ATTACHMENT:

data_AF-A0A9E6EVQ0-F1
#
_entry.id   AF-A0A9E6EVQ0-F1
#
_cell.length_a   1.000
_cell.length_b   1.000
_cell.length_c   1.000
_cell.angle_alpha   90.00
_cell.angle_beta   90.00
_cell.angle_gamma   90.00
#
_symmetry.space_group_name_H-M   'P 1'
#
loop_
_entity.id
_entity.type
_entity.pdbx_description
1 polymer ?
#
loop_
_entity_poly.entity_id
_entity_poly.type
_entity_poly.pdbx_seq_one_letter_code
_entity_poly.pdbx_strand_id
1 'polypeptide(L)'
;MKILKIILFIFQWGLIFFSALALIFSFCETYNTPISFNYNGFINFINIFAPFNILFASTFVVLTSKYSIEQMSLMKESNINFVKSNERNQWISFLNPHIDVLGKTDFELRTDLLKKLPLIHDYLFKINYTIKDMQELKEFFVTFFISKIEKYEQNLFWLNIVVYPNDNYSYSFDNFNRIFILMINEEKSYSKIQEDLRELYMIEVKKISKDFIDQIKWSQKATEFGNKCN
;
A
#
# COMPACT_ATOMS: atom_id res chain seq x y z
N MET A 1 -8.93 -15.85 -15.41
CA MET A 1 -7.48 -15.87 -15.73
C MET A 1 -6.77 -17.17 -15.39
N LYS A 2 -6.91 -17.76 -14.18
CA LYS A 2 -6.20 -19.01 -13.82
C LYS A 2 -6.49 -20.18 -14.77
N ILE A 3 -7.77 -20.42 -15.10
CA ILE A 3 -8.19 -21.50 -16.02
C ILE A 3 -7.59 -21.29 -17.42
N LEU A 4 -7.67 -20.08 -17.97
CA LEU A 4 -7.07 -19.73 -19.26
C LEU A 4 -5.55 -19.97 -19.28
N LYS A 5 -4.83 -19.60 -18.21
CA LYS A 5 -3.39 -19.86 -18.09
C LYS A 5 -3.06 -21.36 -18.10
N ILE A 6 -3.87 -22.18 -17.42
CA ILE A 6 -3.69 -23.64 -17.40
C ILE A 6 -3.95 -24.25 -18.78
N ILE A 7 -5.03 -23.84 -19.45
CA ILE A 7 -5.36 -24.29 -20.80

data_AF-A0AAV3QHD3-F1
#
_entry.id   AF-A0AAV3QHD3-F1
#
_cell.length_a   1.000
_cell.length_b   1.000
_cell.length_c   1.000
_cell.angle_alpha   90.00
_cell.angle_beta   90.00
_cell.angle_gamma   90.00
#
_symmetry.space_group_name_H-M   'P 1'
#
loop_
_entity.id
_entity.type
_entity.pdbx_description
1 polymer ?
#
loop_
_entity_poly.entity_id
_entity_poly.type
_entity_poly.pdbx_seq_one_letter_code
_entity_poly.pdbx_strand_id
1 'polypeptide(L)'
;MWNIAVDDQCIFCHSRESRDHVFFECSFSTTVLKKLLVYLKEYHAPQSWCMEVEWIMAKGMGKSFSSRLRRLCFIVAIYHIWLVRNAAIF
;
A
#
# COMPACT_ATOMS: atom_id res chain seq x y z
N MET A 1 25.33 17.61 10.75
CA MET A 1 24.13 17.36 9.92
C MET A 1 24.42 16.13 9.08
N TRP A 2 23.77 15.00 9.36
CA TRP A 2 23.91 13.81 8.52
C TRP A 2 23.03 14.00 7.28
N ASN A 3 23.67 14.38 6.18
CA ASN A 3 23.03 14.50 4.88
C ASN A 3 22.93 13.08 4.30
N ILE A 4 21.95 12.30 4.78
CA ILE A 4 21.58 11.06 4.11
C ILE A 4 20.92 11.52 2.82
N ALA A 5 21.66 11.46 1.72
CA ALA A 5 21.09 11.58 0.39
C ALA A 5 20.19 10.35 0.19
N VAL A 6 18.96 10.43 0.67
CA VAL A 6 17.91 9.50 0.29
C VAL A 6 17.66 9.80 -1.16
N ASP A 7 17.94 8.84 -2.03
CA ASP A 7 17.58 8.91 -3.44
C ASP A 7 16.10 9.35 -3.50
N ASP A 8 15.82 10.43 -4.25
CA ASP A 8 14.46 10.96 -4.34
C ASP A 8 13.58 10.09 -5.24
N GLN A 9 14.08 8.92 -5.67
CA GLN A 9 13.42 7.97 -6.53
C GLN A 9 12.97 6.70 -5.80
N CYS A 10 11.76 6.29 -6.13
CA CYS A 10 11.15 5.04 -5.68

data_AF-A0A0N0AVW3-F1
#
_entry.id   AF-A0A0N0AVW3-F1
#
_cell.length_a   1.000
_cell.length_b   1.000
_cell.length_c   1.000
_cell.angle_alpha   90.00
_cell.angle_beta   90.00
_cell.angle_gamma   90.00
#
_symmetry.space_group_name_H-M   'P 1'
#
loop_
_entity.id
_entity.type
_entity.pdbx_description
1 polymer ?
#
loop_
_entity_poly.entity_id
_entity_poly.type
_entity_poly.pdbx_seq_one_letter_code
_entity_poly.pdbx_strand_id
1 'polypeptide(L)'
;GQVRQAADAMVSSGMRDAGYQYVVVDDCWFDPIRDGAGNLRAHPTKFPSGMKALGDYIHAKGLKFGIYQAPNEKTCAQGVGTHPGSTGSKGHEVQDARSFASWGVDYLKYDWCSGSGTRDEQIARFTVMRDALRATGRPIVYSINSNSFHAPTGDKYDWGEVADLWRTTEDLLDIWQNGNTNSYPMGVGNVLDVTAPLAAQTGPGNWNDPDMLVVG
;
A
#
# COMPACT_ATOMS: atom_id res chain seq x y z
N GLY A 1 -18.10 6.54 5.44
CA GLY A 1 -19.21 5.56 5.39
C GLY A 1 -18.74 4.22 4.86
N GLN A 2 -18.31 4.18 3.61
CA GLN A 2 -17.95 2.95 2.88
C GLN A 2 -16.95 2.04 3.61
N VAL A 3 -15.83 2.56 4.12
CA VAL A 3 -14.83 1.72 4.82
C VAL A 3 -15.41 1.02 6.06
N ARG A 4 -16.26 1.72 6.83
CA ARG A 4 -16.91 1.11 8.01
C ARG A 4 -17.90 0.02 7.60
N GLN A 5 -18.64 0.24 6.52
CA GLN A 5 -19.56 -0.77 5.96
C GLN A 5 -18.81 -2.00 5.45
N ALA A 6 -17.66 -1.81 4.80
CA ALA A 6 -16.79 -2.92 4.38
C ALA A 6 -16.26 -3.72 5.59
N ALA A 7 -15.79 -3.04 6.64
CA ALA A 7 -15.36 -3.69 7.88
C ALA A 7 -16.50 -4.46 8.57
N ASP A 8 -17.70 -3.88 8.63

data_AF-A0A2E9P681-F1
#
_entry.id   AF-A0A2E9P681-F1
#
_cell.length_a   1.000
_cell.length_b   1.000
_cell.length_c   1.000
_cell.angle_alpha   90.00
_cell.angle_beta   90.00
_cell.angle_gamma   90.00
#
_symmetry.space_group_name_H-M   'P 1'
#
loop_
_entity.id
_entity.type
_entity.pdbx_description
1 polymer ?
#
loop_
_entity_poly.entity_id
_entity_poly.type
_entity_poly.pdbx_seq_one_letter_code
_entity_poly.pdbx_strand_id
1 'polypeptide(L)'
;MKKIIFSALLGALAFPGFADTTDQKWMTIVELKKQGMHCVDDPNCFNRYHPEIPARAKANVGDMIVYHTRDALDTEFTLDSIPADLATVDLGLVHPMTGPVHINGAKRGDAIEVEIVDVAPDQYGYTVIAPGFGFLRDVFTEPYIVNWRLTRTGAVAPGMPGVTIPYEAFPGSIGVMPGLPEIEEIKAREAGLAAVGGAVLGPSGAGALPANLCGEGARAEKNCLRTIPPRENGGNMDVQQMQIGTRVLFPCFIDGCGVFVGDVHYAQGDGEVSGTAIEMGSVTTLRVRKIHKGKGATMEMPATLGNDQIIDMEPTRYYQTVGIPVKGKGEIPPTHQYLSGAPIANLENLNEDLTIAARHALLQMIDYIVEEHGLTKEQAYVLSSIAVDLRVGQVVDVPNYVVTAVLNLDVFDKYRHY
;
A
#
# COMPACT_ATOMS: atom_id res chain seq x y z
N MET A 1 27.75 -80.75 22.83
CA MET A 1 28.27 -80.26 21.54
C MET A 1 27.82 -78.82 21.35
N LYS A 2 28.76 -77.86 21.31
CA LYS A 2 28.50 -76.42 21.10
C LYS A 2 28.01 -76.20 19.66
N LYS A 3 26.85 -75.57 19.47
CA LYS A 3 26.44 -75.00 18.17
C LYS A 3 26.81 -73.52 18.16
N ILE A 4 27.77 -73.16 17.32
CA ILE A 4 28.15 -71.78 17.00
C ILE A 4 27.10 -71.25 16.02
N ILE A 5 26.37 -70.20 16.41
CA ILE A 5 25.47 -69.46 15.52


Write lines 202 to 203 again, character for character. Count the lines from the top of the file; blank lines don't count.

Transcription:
CA ILE A 4 28.15 -71.78 17.00
C ILE A 4 27.10 -71.25 16.02